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The write stuff: Qld kids get on history’s page to honour our Anzacs

A generation born into a world of email and instant messaging is learning the lost art of letter writing as a tribute to veterans ahead of Anzac Day.

Apr 21, 2023, updated Apr 21, 2023
Hundreds of children across South East Queensland are writing letters to Australian armed forces veterans and serving personnel ahead of Anzac Day on April 25. Image: RSL

Hundreds of children across South East Queensland are writing letters to Australian armed forces veterans and serving personnel ahead of Anzac Day on April 25. Image: RSL

Students from across South East Queensland will pen hundreds of postcards to honour and thank veterans for their service, an initiative launched by RSL Queensland.

State president, Major General Stephen Day, describes the Postcards of Honour program as “creative and educational”, while acknowledging the men and women who served in the country’s armed forces through the creation of handwritten and illustrated postcards.

Day said students were encouraged to explore their personal connection to Anzac Day, with a focus on how the past has influenced the outcomes possible for their future.

“We are looking forward to seeing this activity engage more than 10,000 primary school children across the state as they take the time to honour and thank local veterans for their service,” Day said.

“This initiative is an important opportunity for the next generation to connect with the power of the Anzac spirit and their local veteran community.”

Griffith University historian Dr Yorick Smaal said the RSL had played a major role in ensuring Australians would never forget the sacrifices made during wartime, both on the battlefield and on the home front, where letter writing to soldiers was pivotal to sustaining morale.

He said those stories forged through war and conflict continued to resonate with everyday Australians and reverberate through politics, business and culture.

“Origin stories are hard to shake – history is one of the central ways we understand who we are,” he said.

“We are continually shaped by our past relationships.”

Smaal said Anzac Day was also an opportunity to reflect on the historical conditions of commemoration, giving Australians a moment to consider what they remember, how, and why.

He said this had particular relevance in 2023, as Australians reconcile with the colonial past and Queensland embarks on a path to treaty as outlined by Premier Annastacia Palaszczuk earlier this year.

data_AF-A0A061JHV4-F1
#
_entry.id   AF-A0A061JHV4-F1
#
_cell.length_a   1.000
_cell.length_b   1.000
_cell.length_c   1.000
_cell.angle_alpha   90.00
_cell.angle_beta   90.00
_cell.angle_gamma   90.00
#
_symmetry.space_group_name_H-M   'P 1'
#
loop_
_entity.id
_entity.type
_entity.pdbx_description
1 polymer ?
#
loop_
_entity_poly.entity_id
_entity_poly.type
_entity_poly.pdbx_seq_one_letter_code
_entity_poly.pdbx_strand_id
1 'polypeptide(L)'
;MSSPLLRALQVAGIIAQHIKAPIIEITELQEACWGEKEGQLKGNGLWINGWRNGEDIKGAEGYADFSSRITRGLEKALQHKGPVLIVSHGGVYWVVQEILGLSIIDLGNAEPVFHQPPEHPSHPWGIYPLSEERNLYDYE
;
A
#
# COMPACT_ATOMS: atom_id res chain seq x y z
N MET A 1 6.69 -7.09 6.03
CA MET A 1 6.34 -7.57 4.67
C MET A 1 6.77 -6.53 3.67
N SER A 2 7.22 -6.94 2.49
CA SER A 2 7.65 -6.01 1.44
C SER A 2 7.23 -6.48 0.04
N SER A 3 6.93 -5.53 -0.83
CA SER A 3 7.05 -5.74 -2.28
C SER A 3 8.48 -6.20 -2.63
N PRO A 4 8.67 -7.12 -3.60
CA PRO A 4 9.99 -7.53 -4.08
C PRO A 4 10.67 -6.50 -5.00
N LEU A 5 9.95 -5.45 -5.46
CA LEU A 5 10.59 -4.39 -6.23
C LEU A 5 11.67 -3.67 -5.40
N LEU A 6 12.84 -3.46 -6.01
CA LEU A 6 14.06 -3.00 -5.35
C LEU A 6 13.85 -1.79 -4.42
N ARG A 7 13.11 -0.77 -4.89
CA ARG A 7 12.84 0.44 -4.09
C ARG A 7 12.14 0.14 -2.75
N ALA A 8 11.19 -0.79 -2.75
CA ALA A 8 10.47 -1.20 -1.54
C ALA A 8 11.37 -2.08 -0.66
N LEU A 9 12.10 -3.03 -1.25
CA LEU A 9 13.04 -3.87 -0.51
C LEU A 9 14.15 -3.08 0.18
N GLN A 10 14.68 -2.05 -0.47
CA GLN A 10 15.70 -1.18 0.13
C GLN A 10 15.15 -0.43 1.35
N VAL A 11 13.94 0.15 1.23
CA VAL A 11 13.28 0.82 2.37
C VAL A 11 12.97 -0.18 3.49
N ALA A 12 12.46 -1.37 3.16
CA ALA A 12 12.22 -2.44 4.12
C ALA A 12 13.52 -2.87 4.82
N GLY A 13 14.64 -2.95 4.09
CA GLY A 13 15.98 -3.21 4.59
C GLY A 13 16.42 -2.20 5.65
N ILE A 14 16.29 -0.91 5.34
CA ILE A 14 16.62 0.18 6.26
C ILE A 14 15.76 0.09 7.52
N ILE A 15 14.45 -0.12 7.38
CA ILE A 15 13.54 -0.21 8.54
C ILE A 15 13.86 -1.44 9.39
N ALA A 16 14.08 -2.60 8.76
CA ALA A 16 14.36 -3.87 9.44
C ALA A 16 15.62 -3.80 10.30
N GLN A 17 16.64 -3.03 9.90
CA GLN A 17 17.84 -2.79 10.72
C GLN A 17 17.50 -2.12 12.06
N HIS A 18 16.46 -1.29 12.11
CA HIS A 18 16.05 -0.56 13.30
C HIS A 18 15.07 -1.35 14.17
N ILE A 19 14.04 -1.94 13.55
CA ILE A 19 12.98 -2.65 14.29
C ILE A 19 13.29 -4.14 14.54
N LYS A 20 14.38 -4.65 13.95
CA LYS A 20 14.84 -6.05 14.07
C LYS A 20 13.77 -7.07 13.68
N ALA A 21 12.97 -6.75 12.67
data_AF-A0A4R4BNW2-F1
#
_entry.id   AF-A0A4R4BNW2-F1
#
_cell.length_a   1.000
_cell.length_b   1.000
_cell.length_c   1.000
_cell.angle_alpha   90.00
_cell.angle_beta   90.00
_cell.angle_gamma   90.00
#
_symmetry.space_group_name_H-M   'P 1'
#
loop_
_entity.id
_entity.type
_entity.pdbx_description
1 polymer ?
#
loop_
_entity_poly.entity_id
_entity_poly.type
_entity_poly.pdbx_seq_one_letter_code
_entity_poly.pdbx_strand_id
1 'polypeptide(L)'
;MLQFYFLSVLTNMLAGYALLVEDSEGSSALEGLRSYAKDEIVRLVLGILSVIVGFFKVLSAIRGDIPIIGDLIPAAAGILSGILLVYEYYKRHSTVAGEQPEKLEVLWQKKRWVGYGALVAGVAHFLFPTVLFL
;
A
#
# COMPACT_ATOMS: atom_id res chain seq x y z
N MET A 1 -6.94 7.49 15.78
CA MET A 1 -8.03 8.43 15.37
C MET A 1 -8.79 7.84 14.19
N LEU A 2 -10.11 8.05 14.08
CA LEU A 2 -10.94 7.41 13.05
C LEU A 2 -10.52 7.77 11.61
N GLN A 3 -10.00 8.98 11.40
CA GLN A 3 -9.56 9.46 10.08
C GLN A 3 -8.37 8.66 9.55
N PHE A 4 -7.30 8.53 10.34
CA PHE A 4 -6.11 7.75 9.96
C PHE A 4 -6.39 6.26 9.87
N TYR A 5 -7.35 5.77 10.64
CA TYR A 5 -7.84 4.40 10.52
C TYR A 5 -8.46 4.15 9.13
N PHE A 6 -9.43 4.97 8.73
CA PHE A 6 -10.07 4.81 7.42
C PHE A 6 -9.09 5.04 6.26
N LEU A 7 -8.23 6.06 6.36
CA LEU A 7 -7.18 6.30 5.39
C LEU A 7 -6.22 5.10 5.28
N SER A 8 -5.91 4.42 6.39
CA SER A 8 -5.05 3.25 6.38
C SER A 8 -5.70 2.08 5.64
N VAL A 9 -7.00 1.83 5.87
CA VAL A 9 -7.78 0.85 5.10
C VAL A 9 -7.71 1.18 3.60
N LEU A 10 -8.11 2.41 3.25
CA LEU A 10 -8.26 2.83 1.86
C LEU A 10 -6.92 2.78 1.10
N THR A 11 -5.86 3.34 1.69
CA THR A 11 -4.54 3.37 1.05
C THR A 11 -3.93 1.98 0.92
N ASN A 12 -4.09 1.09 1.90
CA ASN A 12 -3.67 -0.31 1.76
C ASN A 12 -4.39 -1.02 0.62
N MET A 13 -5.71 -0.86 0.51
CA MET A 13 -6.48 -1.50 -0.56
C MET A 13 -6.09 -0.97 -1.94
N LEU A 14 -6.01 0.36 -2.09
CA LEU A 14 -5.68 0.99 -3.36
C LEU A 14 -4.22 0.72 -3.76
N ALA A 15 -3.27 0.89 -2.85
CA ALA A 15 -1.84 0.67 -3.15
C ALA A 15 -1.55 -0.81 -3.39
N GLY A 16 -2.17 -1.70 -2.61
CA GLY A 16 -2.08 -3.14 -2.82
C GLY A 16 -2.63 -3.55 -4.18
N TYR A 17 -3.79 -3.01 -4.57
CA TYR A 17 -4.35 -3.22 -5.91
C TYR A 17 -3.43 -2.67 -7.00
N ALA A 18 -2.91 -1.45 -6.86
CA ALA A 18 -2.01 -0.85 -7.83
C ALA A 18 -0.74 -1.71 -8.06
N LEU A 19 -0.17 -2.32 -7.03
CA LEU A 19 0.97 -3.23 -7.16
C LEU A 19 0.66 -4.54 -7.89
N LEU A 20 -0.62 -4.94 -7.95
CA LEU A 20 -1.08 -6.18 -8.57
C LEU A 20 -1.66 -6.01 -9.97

“Gallipoli’s elevation has come at the expense of other narratives, sweeping the frontier wars to the margins of our national story,” he said.

“Familiarity with a history contextualising First People’s life expectancy, intergenerational trauma, and criminal justice statistics, along with accounts of resistance, activism, and diplomacy, demands an exercise in Truth Telling rarely mandated by other wars.

“Until we grapple with that conflict and its consequences, we diminish the service and sacrifice of those who fought and fell on distant shores more than a century ago by precluding meaningful change reflecting values of tolerance, respect and inclusion.”

As part of the RSL Queensland initiative, students will have the opportunity to explore the historic significance of postcards and letters during wartime, particularly focusing on how communication provided vital connection and support to those serving in the armed forces.

Each participating school will receive a presentation from their local RSL Queensland sub branch and all postcards are set to be hand distributed to veterans across Queensland – building connections within communities and across generations.

Day said postcards and letters had historically offered vital connection and support to those serving in the military.

“In the same way, Postcards of Honour provides each veteran with a personal and tangible token of gratitude, while also encouraging each child’s unique creative expression,” he said.

 

 

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